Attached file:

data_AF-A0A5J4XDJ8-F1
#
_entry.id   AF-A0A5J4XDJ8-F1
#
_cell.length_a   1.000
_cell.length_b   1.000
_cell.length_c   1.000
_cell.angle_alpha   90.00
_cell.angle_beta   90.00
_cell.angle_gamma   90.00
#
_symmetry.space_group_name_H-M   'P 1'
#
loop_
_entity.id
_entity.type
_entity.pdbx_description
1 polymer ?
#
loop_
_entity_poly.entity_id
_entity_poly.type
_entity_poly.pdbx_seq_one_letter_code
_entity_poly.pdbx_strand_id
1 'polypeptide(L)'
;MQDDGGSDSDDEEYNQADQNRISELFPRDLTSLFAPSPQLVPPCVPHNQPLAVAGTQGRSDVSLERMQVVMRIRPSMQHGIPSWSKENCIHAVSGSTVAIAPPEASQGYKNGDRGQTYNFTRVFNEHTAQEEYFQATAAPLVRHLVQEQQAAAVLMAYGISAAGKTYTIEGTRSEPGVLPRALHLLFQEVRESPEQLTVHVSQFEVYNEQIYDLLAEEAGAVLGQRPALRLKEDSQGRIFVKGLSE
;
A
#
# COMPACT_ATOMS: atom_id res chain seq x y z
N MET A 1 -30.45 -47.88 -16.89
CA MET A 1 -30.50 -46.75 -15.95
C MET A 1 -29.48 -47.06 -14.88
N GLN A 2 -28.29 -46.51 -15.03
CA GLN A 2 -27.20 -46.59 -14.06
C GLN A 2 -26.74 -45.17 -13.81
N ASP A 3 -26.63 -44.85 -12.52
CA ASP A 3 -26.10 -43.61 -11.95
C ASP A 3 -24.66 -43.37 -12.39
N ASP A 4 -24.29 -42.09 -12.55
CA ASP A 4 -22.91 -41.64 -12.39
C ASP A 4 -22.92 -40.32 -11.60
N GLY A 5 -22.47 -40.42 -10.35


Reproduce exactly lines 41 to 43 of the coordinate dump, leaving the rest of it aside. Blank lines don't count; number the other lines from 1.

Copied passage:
CA ASP A 4 -22.91 -41.64 -12.39
C ASP A 4 -22.92 -40.32 -11.60
N GLY A 5 -22.47 -40.42 -10.35